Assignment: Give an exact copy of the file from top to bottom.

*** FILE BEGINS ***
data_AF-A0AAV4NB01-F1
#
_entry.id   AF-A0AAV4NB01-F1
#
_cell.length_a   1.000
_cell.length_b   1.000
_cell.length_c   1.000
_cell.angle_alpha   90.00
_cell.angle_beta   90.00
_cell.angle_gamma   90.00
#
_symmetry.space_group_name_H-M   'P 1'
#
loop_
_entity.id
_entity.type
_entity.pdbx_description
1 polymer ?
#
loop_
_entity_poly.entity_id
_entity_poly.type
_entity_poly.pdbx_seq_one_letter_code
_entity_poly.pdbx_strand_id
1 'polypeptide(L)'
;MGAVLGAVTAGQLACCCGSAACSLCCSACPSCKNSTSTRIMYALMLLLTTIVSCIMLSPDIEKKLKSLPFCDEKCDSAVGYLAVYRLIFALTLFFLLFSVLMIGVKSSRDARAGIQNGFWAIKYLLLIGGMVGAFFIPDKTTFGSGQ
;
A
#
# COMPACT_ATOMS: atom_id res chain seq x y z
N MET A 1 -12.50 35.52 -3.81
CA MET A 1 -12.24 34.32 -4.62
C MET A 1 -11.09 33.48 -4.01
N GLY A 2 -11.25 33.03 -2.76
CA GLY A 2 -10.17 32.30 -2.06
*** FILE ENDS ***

data_AF-A0AAV4NB01-F1
#
_entry.id   AF-A0AAV4NB01-F1
#
_cell.length_a   1.000
_cell.length_b   1.000
_cell.length_c   1.000
_cell.angle_alpha   90.00
_cell.angle_beta   90.00
_cell.angle_gamma   90.00
#
_symmetry.space_group_name_H-M   'P 1'
#
loop_
_entity.id
_entity.type
_entity.pdbx_description
1 polymer ?
#
loop_
_entity_poly.entity_id
_entity_poly.type
_entity_poly.pdbx_seq_one_letter_code
_entity_poly.pdbx_strand_id
1 'polypeptide(L)'
;MGAVLGAVTAGQLACCCGSAACSLCCSACPSCKNSTSTRIMYALMLLLTTIVSCIMLSPDIEKKLKSLPFCDEKCDSAVGYLAVYRLIFALTLFFLLFSVLMIGVKSSRDARAGIQNGFWAIKYLLLIGGMVGAFFIPDKTTFGSGQ
;
A
#
# COMPACT_ATOMS: atom_id res chain seq x y z
N MET A 1 -12.50 35.52 -3.81
CA MET A 1 -12.24 34.32 -4.62
C MET A 1 -11.09 33.48 -4.01
N GLY A 2 -11.25 33.03 -2.76
CA GLY A 2 -10.17 32.30 -2.06